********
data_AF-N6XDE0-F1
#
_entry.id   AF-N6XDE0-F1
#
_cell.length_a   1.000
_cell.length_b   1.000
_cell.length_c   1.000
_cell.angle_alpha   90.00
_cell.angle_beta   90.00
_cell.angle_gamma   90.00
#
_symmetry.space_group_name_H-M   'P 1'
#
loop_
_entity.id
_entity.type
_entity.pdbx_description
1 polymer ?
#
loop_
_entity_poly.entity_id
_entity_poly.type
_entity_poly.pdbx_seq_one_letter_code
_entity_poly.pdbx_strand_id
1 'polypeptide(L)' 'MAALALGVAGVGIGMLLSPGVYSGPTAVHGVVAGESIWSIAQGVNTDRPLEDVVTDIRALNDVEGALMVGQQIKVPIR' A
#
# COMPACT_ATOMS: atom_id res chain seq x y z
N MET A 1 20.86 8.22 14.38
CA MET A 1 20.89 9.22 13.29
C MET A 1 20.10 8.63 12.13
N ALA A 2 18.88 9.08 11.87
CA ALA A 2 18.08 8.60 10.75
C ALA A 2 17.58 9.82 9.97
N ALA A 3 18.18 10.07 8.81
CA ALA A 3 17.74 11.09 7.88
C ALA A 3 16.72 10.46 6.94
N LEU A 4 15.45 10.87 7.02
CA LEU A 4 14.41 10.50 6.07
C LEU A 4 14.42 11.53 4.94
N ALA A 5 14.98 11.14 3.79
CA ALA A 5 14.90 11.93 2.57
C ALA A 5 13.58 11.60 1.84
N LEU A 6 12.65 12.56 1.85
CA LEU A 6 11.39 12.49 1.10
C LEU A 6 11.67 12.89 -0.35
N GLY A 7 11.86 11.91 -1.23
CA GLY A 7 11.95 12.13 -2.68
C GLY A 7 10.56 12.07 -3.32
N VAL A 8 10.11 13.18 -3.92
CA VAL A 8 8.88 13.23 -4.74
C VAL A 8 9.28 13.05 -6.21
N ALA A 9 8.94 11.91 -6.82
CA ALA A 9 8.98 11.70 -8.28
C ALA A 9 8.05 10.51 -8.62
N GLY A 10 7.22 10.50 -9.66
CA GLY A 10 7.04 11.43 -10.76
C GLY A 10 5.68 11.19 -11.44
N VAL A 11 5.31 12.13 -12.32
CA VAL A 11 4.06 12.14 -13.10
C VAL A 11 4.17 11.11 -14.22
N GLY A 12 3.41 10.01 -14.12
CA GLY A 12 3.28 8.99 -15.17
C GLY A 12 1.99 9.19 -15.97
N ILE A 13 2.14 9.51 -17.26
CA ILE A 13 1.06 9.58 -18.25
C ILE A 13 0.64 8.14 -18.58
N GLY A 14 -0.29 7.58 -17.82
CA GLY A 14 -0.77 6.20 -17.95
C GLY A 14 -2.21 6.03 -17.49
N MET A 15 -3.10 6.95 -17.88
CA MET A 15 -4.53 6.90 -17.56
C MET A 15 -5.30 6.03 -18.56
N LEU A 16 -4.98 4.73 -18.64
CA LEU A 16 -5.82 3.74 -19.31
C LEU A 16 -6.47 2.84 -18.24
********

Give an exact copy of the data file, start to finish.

data_AF-N6XDE0-F1
#
_entry.id   AF-N6XDE0-F1
#
_cell.length_a   1.000
_cell.length_b   1.000
_cell.length_c   1.000
_cell.angle_alpha   90.00
_cell.angle_beta   90.00
_cell.angle_gamma   90.00
#
_symmetry.space_group_name_H-M   'P 1'
#
loop_
_entity.id
_entity.type
_entity.pdbx_description
1 polymer ?
#
loop_
_entity_poly.entity_id
_entity_poly.type
_entity_poly.pdbx_seq_one_letter_code
_entity_poly.pdbx_strand_id
1 'polypeptide(L)' 'MAALALGVAGVGIGMLLSPGVYSGPTAVHGVVAGESIWSIAQGVNTDRPLEDVVTDIRALNDVEGALMVGQQIKVPIR' A
#
# COMPACT_ATOMS: atom_id res chain seq x y z
N MET A 1 20.86 8.22 14.38
CA MET A 1 20.89 9.22 13.29
C MET A 1 20.10 8.63 12.13
N ALA A 2 18.88 9.08 11.87
CA ALA A 2 18.08 8.60 10.75
C ALA A 2 17.58 9.82 9.97
N ALA A 3 18.18 10.07 8.81
CA ALA A 3 17.74 11.09 7.88
C ALA A 3 16.72 10.46 6.94
N LEU A 4 15.45 10.87 7.02
CA LEU A 4 14.41 10.50 6.07
C LEU A 4 14.42 11.53 4.94
N ALA A 5 14.98 11.14 3.79
CA ALA A 5 14.90 11.93 2.57
C ALA A 5 13.58 11.60 1.84
N LEU A 6 12.65 12.56 1.85
CA LEU A 6 11.39 12.49 1.10
C LEU A 6 11.67 12.89 -0.35
N GLY A 7 11.86 11.91 -1.23
CA GLY A 7 11.95 12.13 -2.68
C GLY A 7 10.56 12.07 -3.32
N VAL A 8 10.11 13.18 -3.92
CA VAL A 8 8.88 13.23 -4.74
C VAL A 8 9.28 13.05 -6.21
N ALA A 9 8.94 11.91 -6.82
CA ALA A 9 8.98 11.70 -8.28
C ALA A 9 8.05 10.51 -8.62
N GLY A 10 7.22 10.50 -9.66
CA GLY A 10 7.04 11.43 -10.76
C GLY A 10 5.68 11.19 -11.44
N VAL A 11 5.31 12.13 -12.32
CA VAL A 11 4.06 12.14 -13.10
C VAL A 11 4.17 11.11 -14.22
N GLY A 12 3.41 10.01 -14.12
CA GLY A 12 3.28 8.99 -15.17
C GLY A 12 1.99 9.19 -15.97
N ILE A 13 2.14 9.51 -17.26
CA ILE A 13 1.06 9.58 -18.25
C ILE A 13 0.64 8.14 -18.58
N GLY A 14 -0.29 7.58 -17.82
CA GLY A 14 -0.77 6.20 -17.95
C GLY A 14 -2.21 6.03 -17.49
N MET A 15 -3.10 6.95 -17.88
CA MET A 15 -4.53 6.90 -17.56
C MET A 15 -5.30 6.03 -18.56
N LEU A 16 -4.98 4.73 -18.64
CA LEU A 16 -5.82 3.74 -19.31
C LEU A 16 -6.47 2.84 -18.24